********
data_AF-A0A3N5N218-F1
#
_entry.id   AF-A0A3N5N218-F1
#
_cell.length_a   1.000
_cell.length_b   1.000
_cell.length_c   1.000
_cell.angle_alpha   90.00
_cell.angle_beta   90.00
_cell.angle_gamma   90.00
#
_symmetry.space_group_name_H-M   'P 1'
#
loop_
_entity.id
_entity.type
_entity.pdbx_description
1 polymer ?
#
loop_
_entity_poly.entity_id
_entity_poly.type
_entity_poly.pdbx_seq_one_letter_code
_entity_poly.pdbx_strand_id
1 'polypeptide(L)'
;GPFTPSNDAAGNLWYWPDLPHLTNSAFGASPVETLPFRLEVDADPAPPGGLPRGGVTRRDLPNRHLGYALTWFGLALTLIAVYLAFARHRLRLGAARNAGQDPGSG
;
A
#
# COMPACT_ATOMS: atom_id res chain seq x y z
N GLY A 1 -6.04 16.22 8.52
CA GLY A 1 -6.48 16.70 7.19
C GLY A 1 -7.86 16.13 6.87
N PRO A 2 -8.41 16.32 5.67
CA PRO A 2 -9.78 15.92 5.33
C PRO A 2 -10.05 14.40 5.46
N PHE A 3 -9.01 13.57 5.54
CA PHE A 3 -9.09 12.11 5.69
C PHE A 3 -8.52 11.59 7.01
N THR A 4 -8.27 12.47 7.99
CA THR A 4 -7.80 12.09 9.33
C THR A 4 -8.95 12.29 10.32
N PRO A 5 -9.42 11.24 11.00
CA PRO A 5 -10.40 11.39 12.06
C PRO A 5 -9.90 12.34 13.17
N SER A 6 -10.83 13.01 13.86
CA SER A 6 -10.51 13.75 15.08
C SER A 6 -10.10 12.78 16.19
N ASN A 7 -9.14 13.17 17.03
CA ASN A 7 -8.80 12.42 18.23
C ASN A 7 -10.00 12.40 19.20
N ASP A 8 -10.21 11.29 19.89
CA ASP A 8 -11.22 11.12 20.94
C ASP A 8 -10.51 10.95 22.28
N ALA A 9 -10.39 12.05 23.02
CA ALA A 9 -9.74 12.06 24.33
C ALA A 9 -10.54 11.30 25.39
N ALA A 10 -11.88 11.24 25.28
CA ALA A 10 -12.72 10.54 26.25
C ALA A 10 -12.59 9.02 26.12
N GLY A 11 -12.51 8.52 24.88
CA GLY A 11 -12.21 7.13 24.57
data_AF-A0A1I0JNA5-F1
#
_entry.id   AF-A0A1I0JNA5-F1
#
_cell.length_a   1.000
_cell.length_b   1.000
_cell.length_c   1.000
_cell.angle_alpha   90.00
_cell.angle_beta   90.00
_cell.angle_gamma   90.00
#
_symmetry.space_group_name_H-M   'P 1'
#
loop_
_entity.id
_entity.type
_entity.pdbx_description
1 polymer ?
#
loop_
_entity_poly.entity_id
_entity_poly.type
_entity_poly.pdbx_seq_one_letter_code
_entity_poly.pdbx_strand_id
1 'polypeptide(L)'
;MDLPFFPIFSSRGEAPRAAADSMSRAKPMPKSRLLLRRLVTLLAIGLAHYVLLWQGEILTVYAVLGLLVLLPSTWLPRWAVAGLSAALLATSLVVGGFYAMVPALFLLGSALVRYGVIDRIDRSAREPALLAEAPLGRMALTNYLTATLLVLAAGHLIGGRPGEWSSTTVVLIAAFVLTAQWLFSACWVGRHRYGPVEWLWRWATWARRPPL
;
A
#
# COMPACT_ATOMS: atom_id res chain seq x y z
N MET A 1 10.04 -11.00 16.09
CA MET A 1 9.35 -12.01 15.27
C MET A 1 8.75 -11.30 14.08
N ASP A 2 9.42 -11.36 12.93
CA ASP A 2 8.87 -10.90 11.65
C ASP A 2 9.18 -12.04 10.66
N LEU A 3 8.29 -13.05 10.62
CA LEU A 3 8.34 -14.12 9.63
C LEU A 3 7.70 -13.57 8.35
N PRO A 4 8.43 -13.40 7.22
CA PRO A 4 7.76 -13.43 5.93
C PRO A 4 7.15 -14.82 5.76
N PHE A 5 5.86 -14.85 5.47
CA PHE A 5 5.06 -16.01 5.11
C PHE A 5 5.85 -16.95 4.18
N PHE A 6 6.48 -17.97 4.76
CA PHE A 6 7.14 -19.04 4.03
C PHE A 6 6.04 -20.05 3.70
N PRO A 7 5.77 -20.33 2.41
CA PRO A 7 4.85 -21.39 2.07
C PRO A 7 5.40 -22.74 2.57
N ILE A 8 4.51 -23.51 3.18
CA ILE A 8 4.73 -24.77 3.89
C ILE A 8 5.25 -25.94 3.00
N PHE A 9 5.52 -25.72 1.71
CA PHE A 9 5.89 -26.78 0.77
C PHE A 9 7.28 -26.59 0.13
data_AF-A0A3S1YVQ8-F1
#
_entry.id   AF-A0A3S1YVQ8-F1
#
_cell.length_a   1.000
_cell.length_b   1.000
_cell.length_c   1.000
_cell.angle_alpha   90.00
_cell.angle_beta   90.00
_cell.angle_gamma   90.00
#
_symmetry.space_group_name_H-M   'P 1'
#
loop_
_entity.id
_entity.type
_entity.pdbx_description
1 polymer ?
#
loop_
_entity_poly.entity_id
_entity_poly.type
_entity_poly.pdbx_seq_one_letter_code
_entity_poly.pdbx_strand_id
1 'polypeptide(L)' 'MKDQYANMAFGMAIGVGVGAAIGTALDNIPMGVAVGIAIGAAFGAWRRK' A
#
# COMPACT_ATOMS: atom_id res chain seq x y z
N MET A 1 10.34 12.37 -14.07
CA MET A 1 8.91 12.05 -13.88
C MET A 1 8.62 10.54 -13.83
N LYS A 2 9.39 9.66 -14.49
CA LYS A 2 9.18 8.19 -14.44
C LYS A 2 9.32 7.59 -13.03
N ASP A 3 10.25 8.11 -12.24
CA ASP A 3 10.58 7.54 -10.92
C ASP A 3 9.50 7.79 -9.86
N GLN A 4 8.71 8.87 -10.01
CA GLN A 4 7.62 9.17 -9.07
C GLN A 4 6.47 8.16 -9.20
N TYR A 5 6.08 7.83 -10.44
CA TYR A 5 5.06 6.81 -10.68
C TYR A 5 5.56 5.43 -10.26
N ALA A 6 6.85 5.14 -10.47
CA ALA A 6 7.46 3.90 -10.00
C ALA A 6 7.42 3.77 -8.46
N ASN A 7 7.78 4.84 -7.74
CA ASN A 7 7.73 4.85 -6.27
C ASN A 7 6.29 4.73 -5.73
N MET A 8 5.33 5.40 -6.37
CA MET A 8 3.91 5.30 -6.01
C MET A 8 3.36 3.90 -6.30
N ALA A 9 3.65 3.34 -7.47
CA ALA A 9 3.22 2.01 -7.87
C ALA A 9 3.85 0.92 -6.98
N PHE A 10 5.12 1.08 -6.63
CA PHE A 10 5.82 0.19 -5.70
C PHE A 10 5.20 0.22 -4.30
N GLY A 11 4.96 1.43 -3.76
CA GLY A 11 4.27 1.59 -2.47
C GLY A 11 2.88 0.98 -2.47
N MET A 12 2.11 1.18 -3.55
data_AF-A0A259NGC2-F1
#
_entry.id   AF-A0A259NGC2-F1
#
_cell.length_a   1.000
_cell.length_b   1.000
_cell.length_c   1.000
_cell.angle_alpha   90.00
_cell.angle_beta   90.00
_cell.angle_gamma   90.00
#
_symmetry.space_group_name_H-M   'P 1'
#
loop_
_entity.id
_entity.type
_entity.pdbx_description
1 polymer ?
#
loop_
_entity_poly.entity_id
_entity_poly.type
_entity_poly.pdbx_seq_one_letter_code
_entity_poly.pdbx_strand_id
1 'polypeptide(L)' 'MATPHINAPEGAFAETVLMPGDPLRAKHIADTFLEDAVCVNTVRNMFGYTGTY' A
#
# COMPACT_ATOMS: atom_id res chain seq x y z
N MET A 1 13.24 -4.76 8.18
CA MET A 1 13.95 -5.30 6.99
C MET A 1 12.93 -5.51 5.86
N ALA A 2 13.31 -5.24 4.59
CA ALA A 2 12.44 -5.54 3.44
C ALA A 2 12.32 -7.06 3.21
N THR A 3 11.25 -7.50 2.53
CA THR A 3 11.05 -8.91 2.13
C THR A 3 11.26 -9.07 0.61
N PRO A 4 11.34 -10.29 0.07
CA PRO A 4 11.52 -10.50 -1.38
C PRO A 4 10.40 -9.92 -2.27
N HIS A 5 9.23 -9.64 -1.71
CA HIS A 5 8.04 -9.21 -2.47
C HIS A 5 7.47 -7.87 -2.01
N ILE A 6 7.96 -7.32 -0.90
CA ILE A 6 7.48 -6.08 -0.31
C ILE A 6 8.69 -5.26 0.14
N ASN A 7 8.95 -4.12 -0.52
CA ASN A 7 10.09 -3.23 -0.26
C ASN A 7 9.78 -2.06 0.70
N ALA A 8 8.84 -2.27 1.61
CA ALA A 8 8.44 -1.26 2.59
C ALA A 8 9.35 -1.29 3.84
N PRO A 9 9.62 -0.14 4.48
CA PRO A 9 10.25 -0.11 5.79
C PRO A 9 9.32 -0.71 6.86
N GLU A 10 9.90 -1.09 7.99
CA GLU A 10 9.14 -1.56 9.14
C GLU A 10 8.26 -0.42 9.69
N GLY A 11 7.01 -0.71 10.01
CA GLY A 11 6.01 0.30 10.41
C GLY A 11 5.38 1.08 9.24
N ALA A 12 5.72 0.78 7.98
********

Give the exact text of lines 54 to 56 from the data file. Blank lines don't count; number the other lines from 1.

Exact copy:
C ASP A 8 -10.51 10.95 22.28
N ALA A 9 -10.39 12.05 23.02
CA ALA A 9 -9.74 12.06 24.33